Despite the province’s obvious rich history, you’d have to admit that Peter Stringer’s name is right near the top of the list when it comes to the term ‘Munster legend’.
After piling up well over 200 appearances, three Champions Cup finals, two European crowns and scoring that try against Biarritz you have to agree he’s earned the right to that title.
The scrum-half called into our bar to be part the upcoming ‘Paddy’s Christmas Cracker’ special, which airs on Sunday December 23, and got right into the ruck on all things rugby with his former Munster colleagues Alan Quinlan and Mick Galwey, as well as former Wales star Shane Williams.
Before that comes out, we managed to tackle him for a quick chat on his beloved men in red and Stringer reckons Castres will be a ‘dangerous’ prospect for Munster on Saturday, especially with home advantage.
The French outfit were involved in a niggly affair in losing at Thomond Park last weekend and the former Munster number nine is expecting things to go up a notch this weekend.
“The longer the Champions Cup goes on and the French teams start losing interest, you feel that they’ll fade away. But not this Castres team,” said Stringer.
“Not this time. They’ll feel like they still have a shout of qualifying. It’s dangerous for Munster going over there. A lot of the French teams aren’t bothered with it and focus on the Top 14 instead, but Castres won that last year and they’ll have Europe in their sights.
Munster’s away form in the Pro 14 hasn’t been great either, so it’s going to be very tough for them to go down to France and get a win.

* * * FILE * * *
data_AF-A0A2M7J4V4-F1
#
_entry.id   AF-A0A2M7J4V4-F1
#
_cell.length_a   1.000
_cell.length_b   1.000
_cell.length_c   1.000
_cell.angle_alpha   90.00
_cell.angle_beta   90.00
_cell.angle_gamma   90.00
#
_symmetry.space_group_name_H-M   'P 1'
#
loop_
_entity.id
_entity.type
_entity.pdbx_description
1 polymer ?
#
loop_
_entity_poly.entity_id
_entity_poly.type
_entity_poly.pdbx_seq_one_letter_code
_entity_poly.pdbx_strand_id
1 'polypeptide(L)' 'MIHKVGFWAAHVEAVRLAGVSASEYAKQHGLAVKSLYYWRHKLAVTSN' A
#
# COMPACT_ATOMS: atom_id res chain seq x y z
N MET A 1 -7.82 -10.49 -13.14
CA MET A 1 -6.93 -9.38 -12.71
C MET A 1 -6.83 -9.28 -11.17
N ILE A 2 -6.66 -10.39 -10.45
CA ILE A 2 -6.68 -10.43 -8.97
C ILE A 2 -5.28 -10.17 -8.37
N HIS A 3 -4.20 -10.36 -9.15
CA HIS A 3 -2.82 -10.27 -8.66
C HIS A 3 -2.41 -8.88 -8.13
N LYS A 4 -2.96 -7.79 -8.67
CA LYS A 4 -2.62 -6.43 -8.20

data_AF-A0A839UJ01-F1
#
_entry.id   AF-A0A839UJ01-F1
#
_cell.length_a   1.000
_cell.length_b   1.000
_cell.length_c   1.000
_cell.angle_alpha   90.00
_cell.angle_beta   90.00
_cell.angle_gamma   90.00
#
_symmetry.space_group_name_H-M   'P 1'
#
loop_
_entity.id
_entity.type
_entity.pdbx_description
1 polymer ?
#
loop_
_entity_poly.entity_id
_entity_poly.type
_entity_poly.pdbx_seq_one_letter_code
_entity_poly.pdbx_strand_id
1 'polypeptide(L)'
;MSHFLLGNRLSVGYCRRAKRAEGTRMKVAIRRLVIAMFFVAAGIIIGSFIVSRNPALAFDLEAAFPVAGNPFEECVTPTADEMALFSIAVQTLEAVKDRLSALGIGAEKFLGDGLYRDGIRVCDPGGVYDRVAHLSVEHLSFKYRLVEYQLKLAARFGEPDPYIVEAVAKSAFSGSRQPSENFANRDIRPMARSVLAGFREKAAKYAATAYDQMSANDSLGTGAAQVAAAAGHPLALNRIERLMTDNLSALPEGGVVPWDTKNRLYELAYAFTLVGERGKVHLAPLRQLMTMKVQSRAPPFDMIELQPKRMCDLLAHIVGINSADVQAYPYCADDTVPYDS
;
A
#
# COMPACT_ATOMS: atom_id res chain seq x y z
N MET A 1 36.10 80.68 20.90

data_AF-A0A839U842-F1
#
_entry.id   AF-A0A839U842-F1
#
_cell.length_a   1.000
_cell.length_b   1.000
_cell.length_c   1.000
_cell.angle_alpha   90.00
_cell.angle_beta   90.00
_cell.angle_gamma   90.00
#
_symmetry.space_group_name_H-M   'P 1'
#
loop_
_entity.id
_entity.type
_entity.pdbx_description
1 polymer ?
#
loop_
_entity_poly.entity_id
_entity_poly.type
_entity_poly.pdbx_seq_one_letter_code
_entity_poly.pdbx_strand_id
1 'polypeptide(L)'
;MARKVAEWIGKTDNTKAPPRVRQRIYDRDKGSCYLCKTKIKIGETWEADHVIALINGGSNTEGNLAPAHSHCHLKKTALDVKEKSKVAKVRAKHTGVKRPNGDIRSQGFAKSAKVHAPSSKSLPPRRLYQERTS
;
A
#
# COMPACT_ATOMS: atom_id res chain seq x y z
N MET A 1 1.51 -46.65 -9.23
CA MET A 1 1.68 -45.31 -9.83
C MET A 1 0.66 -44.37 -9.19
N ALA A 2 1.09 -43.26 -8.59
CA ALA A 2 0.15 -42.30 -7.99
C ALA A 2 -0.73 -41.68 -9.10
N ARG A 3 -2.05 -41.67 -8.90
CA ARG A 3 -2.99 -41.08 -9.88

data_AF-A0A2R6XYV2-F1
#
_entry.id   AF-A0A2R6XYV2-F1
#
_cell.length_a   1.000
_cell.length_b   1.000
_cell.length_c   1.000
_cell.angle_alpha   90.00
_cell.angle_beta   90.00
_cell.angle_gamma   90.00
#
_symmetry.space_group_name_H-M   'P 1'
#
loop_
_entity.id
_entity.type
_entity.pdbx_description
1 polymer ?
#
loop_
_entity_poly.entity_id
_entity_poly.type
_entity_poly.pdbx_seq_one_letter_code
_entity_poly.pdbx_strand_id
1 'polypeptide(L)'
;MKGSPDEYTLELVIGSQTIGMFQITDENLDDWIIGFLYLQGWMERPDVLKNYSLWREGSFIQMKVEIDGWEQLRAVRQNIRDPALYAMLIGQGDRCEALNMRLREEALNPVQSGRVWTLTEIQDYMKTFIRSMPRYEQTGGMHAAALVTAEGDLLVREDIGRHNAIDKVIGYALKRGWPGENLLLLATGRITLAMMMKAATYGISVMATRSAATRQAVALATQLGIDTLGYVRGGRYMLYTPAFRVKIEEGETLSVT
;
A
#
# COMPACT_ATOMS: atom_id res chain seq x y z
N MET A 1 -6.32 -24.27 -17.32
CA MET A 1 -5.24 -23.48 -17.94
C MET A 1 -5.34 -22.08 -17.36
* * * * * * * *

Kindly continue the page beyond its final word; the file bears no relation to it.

“It was a bit of a niggly one last week.
“There was needle throughout the game and Rory Kockott wanted to get stuck into everyone when he came on. I’m expecting the niggle to be ten times worse in France.”
As for the rest of Pool 2, Stringer feels it could come down to a final game showdown with Gloucester if Munster are to qualify for the knockout stages, even if they are a bit “flaky” in his opinion.
“Going to Exeter and winning was a big statement for Gloucester,” said the former Munster man.
“Munster only got a draw there and you would have considered that a good result. I’ve been to Exeter a few times and it’s a tough place to go, so credit to Gloucester for winning there.
“They’re a funny team, though. One week they can put up a great performance and put 40 points on someone. The next, they could turnaround and ship 40 points.
The way they throw the ball around, anything is likely to happen.
“They’re waiting for Munster in the last game of the group and that’ll be huge. Even though Gloucester are flaky enough, he Kingsholm Stadium is a hard place to go – especially when Gloucester are in good form.”
The question on Munster fans minds of late has been, can the province end 10 years of hurt in their favourite competition? For Stringer that wait has already been far too long.
“I still fancy Munster to come out of the group. They’ve got into a routine this season of playing their best available 15. They haven’t chopped and changed that much – they don’t have the luxury that Leinster have of playing their second- and third-string sides while still picking up wins,” added the man capped 98 times for Ireland.
“Munster need to get into a winning habit and they will do that by playing the best player available to them in each position. They’ve been in and around the semi-final stages of the Champions Cup for the last few years, but 2008 is the last time they won it.”
Ten years is a long time to go without a European trophy. It’s something I know the province is crying out for.
“Once they get the combination of Conor Murray and Joey Carbery with a few games under their belt, and nail that down, I can see Munster being at the business end of the tournament.”